1750s in archaeology
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The decade of the 1750s in archaeology involved some significant events.
- 1755: At Bath, England, when the Priory or Abbey house is demolished and the foundations are cleared, stone coffins, bones of various animals, and other things are found. Upon digging further, hot mineral waters gush forth and interrupt the work: the old Roman sewer had been found, and the water is drained off. Foundations of regular buildings are traced leading to excavation of a great bath, afterwards called Lucas's Bath, when the eastern wall of the great Hall is opened.
- 1757: Rev. Bryan Faussett begins excavating Anglo-Saxon cemeteries in Kent, England (continues to 1773).
- Formal excavations continue at Pompeii.
- 1754: A hoard of about 207 Roman gold coins (and one silver coin) are discovered at Menzelen just outside Xanten on the lower Rhine.
- 1755: Several sepulchral inscriptions and figures, in bas-relief, are discovered at Bonn in Lower Germany.
- 1754: date unknown - William Cunnington, pioneering English antiquarian and archaeologist of the late eighteenth and early nineteenth century (died 1810).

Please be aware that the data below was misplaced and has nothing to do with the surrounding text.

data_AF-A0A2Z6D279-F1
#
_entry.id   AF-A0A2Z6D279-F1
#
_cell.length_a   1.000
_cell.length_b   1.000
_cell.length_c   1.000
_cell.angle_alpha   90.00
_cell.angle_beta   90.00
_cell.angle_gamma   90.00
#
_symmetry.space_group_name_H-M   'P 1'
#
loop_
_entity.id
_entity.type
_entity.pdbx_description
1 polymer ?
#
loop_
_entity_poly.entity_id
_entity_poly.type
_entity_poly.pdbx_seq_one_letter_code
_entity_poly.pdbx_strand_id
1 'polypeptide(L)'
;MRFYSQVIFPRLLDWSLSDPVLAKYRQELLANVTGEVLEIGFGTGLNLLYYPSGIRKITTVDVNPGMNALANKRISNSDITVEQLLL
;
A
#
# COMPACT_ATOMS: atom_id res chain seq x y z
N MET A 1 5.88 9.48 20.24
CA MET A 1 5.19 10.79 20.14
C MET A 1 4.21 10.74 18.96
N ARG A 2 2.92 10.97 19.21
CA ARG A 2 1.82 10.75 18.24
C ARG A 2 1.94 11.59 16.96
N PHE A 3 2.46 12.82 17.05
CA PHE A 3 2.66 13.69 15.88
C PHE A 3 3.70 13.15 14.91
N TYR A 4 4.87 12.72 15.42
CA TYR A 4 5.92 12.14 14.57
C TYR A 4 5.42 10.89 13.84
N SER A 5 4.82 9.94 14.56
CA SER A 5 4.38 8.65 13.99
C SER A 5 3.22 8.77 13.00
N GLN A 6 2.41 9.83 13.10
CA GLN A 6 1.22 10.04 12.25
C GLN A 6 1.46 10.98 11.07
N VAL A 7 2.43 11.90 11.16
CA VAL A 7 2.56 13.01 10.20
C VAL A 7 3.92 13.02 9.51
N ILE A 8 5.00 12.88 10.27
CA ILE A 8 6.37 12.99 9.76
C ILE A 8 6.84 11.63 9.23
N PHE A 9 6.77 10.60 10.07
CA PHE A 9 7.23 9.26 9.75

- 1755: May 16 - Honoré Flaugergues (died c.1833).
- 1758: December 9 - Richard Colt Hoare, English antiquarian and archaeologist of the early nineteenth century (died 1838).
- "The Excavations of Roman Baths at Bath" (E-text), Charles E. Davis, 2004-10-02, Project Gutenberg, eBook #13582, webpage: G5828.
- Webster, Leslie (1986). "Anglo-Saxon England AD 400–1100". In Longworth, Ian & Cherry, John (ed). Archaeology in Britain since 1945. London: British Museum. p. 121. ISBN 0-7141-2035-9.
1740s in archaeology
1760s in archaeology